5. The phrase "limited estate" or "widow's estate" is well known in Hindu Law and has a definite meaning. The connotation as stated in Mayne on Hindu Law, at page 756, 11th Edn. is:--
"It is not a life estate because in certain circumstances she can get an absolute and complete title.............. she fully represents the estate and so long as she is alive no one has any vested interests in the succession."
6. The Privy Council observed in Janaki Ammal v. Narayanaswami. 43 Ind App 207 at p.209 = ILR 39 Mad 634 at p, 637 = (AIR 1916 PC 117):--
'Her right is of the nature of a right of property; her position is that of owner; her powers in that character are, however, limited."
7. The interest of a reversioner is an interest expectant on the death of a limited heir. It is not a vested interest. It is a spes successionis or a mere chance of succession. On the death of the female Hindu the property passes not to her heirs but to the next heir of the last full owner. But in the case of a life estate her right becomes extinct with the end of her life and the ownership is wholly vested in the remainder-man. The ownership in a life estate is split and the vested remainder-man is also an owner.
8. The maintenance grants on the other hand have to be understood with reference to the facts and circumstances in each case. Natesan. J.held in S.A. No. 1415 of 1965 (Mad) Lakshmi Ammal v. Suppanimuthu Nadar:--
"Maintenance grant is prima facie an allotment of personal nature to the grantee and a court would be justified in presuming that a personal grant of the kind enures for the lifetime of the grantee. until the contrary is established A maintenance grant to a female Hindu is ordinarily for her lifetime. She has no right of alienation of the property, and after her death the property comes beck to the joint family out of whose assets it was carved out. Now under Section 14(1) read with explanation, a land given to a female Hindu who has no pre-existing right to a share in the property, without any express terms limiting her estate in the land, would become her absolute property. But where there is no pre-existing right to share the property, and the female Hindu is expressly given only a life estate, as she does not take the property as a 'limited owner'. The full ownership conferred under Section 14(1) cannot enlarge her proprietary right over the property beyond her lifetime, for the remainder is vested in some one else."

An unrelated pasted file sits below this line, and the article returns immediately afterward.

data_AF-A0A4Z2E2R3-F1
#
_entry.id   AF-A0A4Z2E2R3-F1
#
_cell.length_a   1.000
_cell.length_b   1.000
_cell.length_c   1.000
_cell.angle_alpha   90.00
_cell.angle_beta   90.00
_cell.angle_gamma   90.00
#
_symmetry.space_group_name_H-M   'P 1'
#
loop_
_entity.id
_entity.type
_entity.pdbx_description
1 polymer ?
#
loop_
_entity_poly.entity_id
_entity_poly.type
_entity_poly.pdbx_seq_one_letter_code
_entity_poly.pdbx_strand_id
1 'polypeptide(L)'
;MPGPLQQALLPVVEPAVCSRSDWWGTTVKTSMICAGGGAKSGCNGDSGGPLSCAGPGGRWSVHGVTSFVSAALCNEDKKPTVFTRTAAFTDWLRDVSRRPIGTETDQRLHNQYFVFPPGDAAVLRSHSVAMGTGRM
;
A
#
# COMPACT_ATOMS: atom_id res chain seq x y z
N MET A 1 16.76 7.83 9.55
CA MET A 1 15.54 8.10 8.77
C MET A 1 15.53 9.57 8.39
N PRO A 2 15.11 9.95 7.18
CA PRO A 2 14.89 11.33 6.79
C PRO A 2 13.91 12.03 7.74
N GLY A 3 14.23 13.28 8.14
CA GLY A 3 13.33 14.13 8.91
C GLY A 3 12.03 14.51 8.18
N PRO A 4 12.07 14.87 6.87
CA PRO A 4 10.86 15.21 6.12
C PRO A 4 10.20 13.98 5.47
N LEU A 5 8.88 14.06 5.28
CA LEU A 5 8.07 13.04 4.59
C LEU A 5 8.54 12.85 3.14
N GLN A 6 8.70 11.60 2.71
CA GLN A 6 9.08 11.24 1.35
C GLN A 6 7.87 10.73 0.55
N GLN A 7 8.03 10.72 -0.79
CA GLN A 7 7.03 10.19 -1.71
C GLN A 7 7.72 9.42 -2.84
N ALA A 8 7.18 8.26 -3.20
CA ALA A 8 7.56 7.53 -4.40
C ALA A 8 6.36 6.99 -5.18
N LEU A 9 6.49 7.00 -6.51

The facts in S. A. No, 1415 of 1965 (Mad) are almost similar to the facts of this case. It was held by Natesan. J. that the property given to the widow in lieu of her maintenance was not held by her as a limited owner and as such she did not become the full owner under Sec. 14(1) to become a fresh stock of descent. A similar view was also taken in Venkat narasing Rao v. Lachmi Bai, 1964-2 Andh WR 383. In this decision it was held that mere possession of properties is not sufficient to attract the operation of Section 14(1) of the Hindu Succession Act, that it is possession as limited owner that the section contemplates, that if a Hindu female is in possession of a property other than as limited owner thereof, Section 14(1) of the Hindu Succession Act cannot successfully be invoked and she does not become the full owner.
As stated already in this case the 7th defendant was put in possession of the property was put in possession of the property now in dispute on a purely provisional or tentative arrangements pending final partition. This was her specific case in the written statement filed in the suit, in which she has only claimed maintenance and did not claim that she was possessing the properties as a limited owner. Having regard to the specific plea in the written statement the plaintiffs were not bound to let in evidence and if the 7th defendant wanted to contend that she was sin possession as a limited owner contrary to her written statement, she ought to have let in evidence to that effect at least. As already stated, the parties did not adduce any oral or documentary evidence. In the foregoing circumstances, we are of opinion that the 7th defendant did not become the full owner of the properties that were in her possession under Section 14(1) of the Hindu Succession Act.
9. I n the result, the appeal fails and is dismissed with costs (one set).
10. Appeal dismissed.